How-to format DIY blueprints

General Tips

Keep it simple, scientists!  Tekla Labs’ users come from all different specializations and have varying knowledge bases.  Blueprints will be most beneficial if they can be understood by scientists from all backgrounds.  Accessible blueprints keep instructions concise, avoiding technical jargon and including graphic representations as much as possible (check out our guide to pictures to help you visually outline your DIY design!).


Product Overview

The product overview is designed to orient readers to the purpose of the design.  For more complicated pieces of equipment (e.g. SPR microscope) this section will help the reader understand the usefulness and principle of action of a device.  The goal of the product overview is to help your fellow scientists and engineers quickly decide if a piece of equipment will be useful to them. This section includes pictures of the finished design.

Required Skills and Tools

In this section the skills and tools needed for the project are summarized in tables.  This lets our readers understand what they’ll need for the project without having to carefully read the instructions in depth.


The specifications of a design supply the qualitative and quantitative requirements for the design.  Specifications give readers information about how the piece of equipment will perform, before building it themselves.  These specifications will be verified with tests in the “Validation and Testing” section (see below).

List of Materials

A list of all the parts needed to build the equipment.  “Part Name” establishes a consistent term used to refer to any part throughout the whole document.  “Part Description” allows for notes about each part, especially when defining the specifications that each part must fulfill.  “Module” refers to the module (see “Modules” section below) where each part will be used within the instructions.  “PartID” is a standard system of tracking parts that Tekla Labs will use in our future database to provide a library of information about any part (this section can be left blank by those creating the documents).  “Quantity” is how many of each part is used in the document, or can occasionally be used to provide a specification on size, especially if a part is cut out of a larger piece of stock.  “Cost” is the author’s recorded cost (or best estimate) for each part.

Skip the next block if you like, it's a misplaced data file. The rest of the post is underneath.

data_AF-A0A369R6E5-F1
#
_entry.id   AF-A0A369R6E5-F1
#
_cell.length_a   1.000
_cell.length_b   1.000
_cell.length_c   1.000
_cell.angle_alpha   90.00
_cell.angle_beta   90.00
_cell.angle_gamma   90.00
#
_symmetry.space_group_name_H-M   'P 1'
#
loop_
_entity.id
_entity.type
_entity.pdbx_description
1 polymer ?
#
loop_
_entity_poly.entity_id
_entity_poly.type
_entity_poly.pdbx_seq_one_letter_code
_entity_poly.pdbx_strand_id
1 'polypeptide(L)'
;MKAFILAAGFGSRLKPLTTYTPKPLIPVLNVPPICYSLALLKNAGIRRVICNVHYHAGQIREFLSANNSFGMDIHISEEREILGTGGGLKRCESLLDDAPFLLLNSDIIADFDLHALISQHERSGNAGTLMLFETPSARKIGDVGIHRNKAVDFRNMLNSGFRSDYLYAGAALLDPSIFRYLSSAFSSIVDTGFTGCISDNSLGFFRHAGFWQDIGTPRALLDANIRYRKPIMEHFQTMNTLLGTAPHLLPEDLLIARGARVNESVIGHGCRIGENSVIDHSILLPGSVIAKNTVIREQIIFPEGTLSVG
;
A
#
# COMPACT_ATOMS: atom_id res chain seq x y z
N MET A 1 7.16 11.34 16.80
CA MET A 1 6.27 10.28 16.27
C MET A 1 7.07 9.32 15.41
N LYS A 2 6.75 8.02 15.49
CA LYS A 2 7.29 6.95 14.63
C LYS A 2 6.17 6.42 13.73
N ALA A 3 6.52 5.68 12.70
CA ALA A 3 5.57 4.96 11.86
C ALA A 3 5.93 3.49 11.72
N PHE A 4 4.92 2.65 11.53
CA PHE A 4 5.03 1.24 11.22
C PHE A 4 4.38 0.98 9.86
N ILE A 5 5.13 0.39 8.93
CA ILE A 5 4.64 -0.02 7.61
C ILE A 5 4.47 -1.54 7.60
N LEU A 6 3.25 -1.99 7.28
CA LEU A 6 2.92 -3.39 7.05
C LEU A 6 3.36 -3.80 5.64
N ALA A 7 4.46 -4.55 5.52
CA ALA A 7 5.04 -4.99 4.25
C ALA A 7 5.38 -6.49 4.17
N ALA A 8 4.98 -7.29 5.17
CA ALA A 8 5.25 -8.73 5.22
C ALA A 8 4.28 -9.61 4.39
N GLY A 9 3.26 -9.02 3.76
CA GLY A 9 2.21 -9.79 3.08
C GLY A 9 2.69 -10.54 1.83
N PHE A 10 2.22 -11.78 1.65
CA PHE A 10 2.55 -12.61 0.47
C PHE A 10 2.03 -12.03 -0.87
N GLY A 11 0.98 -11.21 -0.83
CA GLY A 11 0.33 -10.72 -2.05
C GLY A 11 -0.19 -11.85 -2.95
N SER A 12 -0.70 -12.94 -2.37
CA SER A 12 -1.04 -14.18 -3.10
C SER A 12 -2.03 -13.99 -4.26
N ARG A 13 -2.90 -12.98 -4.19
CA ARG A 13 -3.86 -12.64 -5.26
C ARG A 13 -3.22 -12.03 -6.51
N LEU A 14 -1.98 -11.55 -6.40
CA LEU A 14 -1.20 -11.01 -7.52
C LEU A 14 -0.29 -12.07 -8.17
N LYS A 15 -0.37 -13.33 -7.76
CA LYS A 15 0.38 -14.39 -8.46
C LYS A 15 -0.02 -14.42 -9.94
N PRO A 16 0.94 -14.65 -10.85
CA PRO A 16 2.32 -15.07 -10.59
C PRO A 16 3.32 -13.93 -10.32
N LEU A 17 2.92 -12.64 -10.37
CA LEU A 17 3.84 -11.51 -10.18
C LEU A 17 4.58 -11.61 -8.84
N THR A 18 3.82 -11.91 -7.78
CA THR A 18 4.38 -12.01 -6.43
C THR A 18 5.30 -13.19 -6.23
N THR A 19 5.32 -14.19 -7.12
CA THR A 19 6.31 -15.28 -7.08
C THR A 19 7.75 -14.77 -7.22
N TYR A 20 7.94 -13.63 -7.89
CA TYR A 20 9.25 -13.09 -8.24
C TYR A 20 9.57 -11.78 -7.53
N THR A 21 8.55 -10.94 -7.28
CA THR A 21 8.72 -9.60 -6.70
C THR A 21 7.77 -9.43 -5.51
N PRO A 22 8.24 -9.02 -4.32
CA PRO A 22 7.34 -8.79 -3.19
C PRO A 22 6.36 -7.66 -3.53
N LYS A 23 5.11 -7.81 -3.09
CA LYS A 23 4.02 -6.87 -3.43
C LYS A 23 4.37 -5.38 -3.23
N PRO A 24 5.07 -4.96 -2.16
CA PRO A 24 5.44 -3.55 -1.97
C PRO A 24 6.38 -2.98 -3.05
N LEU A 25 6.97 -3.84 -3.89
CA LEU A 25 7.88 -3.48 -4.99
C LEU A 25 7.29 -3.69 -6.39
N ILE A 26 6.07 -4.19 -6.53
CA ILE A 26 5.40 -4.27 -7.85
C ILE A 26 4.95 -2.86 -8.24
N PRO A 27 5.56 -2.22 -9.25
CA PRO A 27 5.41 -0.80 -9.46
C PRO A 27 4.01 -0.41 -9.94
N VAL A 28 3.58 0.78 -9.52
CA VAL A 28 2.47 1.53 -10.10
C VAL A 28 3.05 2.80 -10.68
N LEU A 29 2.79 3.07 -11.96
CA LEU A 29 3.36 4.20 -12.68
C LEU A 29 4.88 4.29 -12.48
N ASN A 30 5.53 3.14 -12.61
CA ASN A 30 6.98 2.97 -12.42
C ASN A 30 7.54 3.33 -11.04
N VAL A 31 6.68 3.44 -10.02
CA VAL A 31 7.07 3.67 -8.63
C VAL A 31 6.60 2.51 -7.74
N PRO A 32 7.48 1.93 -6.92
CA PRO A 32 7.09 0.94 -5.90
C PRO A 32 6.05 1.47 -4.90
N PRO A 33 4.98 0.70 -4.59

This section should ideally contain pictures identifying each key part. If possible, identifying the part as it they are found within the finished equipment or finished module.

Details of Materials

This section gives the author the chance to comment on the selection of any specific part.  This means that the author can provide a note to any part so that a future user can understand the important information about a part.  Examples of questions this section can answer are:
-Why was this part chosen?
-What other parts could substitute for the chosen part? (A cheaper, more expensive, more specific, more available, simpler, equivalent, or more complicated part)
-What are the critical specifications for this part?
-Where can I find this part or something like it?


The instructions for each piece of equipment are divided into sub-sections, called “Modules.”  The modules should be able to serve as self-sufficient instructions capable of being interchanged between instructions for other kinds of equipment with minimal changes.  For example, a “motor assembly” module from a magnetic stir bar may also be used to create the motor assembly for a media rotator.  Examples of modules are:

-Module 1: Motor Assembly

-Module 2: Motor Controller

-Module 3: Housing

Modules should consist of as many pictures as possible.  The pictures will provide close-up detail that words may be insufficient to describe, and they will allow readers to follow along with the construction of a piece of equipment.

Final Assembly

This section explains the assembly of the individual modules into the final piece of equipment.  Pictures are again highly encouraged.

Validation and Testing

Validation of DIY lab equipment is critical to verifying its lab worthiness.  For each piece of equipment, tests should be described that will give a builder the ability to verify the design is performing up to all specifications for that piece of equipment.  For example, being able to verify the relative centrifugal force in a centrifuge is critical to being able to use it for laboratory-quality research.

Proper Usage and Maintenance

All DIY documents provided by Tekla Labs will be open-source and published the Attribution-NonCommercial-ShareAlike 3.0 Unported (CC BY-NC-SA 3.0) Creative Commons Licence. This creative common licence allows you to copy, redistribute and modify the DIY designs, as long as you follow the licence rules: 1) you must appropriately credit Tekla Labs and the creator of the design, 2) you may not use the design for commercial purposes, and 3) if you alter or build on the design, you may only distribute under this same licence or a similar licence. Please see the creative commons webpage for the specific wording and for additional considerations and limitations of this licence.  All contributors must agree to distributing their work under this creative commons licence.  All users must also follow this licence when building, modifying and redistributing any designs.


This section is standard to all document templates posted to Tekla Labs. If you want to add your own contact information, you may do so here.